young man sits at table with interpreter doing tactile sign language communication

Getting to work: assessment and skill-building for careers

Career education for students with disabilities happens at every age and stage of development, and not just in the classroom. That's why starting early is critical.

Career education is one of nine life skill areas that students with visual impairments and multiple disabilities learn through the Expanded Core Curriculum. Career education happens at every age and stage of development, and is not restricted to a classroom setting.

Students begin to develop work-related skills when they do chores in their home, and continue to build on these skills throughout their years in school. They do so by learning to follow directions, take turns, complete tasks, problem solve, work in groups and socialize.

In this video, Dr. Karen Wolffe describes the importance of starting very early in a child’s development for the student to develop the necessary skills to achieve success.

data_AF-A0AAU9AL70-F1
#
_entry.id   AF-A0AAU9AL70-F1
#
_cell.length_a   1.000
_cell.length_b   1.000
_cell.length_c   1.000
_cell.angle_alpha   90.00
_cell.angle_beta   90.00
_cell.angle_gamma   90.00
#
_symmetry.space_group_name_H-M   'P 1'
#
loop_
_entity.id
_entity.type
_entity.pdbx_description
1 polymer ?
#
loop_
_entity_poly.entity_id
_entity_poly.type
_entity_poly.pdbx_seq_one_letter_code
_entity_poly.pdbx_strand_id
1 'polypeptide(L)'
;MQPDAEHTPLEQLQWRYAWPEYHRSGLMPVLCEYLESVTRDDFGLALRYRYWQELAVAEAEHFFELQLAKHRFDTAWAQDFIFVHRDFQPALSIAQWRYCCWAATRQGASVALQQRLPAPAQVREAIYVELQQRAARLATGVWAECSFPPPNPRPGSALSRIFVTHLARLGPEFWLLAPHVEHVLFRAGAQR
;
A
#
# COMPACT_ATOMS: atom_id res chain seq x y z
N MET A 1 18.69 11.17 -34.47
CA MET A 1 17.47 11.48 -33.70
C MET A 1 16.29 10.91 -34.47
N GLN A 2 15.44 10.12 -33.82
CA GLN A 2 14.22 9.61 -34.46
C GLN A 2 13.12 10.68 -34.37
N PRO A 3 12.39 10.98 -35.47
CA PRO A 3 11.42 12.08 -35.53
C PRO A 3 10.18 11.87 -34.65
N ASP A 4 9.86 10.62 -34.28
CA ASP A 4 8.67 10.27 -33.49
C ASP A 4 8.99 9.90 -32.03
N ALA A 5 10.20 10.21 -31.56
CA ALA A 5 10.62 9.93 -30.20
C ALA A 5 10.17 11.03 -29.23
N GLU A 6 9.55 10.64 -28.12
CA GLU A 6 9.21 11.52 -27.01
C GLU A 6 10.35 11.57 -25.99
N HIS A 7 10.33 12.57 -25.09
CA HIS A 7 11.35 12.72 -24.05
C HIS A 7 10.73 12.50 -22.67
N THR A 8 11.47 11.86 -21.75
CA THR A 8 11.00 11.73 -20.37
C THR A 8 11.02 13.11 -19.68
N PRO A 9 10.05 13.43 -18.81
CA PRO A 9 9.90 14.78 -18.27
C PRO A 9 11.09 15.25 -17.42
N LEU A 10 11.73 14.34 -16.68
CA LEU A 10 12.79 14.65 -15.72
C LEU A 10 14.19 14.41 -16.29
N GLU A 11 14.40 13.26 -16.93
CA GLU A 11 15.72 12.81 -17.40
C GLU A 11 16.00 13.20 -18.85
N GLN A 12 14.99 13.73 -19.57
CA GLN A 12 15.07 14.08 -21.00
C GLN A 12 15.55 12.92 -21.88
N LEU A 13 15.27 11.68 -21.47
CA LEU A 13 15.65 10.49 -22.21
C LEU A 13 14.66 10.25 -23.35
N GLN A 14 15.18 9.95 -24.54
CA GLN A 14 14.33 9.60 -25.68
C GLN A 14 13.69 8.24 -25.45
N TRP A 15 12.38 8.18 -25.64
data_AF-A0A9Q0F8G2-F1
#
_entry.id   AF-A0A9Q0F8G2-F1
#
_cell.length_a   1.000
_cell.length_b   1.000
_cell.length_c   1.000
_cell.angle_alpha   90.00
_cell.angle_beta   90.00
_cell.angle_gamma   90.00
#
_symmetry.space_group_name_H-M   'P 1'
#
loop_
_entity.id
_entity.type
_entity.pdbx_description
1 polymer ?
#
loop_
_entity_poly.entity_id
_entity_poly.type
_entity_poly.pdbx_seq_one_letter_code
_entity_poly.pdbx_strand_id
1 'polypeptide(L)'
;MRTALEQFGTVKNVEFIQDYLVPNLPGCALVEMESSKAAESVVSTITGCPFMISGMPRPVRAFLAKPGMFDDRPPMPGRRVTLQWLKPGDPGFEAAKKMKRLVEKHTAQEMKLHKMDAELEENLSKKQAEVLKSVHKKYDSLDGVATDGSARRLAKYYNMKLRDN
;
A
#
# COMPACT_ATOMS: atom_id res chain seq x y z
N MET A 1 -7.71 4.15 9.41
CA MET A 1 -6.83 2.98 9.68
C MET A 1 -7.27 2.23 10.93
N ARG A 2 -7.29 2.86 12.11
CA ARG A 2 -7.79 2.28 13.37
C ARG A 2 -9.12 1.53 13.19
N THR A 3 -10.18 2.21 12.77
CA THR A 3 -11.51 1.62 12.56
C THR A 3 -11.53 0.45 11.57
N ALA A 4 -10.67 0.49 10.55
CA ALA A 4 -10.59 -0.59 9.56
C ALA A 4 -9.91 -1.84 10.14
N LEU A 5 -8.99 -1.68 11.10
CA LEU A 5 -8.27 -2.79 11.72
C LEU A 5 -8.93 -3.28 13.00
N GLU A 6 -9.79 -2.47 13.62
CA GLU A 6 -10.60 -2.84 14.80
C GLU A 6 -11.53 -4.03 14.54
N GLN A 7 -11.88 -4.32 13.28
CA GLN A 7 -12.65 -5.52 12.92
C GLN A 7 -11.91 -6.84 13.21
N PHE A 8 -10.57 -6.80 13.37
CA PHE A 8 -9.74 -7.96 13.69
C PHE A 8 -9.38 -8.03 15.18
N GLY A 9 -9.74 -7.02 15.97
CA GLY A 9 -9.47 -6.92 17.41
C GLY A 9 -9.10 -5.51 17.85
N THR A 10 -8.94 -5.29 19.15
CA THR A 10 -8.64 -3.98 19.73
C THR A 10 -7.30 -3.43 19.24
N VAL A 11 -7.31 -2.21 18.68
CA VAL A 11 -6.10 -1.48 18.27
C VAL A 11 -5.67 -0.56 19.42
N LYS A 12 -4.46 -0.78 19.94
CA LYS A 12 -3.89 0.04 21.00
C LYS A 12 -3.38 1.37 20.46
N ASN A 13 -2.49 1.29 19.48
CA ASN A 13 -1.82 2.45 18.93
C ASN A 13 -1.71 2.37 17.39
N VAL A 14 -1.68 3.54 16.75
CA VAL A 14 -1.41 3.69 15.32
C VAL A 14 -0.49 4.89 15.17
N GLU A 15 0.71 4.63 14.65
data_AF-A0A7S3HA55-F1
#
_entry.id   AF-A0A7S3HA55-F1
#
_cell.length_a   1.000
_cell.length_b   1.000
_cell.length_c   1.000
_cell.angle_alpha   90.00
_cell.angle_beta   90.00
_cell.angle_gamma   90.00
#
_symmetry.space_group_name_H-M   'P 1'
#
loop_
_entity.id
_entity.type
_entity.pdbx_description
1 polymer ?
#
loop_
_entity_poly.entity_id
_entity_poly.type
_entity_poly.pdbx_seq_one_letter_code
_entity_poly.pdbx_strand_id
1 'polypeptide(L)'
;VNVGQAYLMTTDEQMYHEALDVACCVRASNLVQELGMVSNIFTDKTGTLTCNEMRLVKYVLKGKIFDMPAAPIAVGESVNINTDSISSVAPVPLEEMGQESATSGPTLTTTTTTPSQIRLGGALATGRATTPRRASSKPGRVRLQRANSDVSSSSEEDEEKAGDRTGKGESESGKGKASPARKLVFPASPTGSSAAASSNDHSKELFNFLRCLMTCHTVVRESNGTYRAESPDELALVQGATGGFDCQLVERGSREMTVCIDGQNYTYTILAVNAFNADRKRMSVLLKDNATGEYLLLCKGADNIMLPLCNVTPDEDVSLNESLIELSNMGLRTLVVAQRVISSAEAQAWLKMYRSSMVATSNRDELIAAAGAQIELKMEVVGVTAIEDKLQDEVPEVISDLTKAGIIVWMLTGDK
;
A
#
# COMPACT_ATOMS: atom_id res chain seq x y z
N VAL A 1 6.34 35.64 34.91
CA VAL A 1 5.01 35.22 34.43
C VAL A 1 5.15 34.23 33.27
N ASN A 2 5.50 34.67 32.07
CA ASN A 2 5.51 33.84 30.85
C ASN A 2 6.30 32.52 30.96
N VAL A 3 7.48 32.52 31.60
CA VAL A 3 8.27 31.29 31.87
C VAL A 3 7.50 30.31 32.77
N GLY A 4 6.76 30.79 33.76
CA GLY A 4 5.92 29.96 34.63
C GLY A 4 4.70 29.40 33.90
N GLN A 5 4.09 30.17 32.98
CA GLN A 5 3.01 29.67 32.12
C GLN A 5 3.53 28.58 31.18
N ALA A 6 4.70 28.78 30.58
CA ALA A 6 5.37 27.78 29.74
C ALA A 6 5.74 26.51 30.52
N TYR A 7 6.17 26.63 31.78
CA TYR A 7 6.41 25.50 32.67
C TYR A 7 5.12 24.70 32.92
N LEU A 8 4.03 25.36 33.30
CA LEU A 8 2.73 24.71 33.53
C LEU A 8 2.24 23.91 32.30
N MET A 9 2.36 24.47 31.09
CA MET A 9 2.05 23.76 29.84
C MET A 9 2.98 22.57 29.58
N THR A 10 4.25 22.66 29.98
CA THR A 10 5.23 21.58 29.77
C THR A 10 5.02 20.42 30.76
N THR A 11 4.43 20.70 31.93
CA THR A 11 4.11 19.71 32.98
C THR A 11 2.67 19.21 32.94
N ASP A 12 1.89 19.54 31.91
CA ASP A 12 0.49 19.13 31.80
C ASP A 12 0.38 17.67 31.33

If you’re a service provider or if you’re a parent, you must always be thinking about next environment.

It’s not about today. It’s about tomorrow.

Every skill we teach, whether it’s an infusion of expanded core, whether it’s academic skills, we need to connect the dots. Is it leading to next environment skills needed so that they can be successful?

Dr. Karen Wolffe

Students benefit immensely from experiential learning; it helps to ensure they are ready for life after school. Some goals for career education include:

  • Self awareness
  • Work habits
  • Social skills
  • Technology skills 
  • Requesting accommodations
  • Informational interviewing
  • Time management  
  • Job search skills 
  • Job shadowing 
  • Workplace tours
  • Interview skills 
  • Building a resume

Skill progression 

Early on: 

In middle school: 

In high school: 

The evidence continues to grow that work experience in high school is one of the strongest predictors of adult employment for youth with disabilities” 

(Leuking, Fabian, Contreary, Honeycutt, & Leucking, 2018: Wehman et al., 2014).



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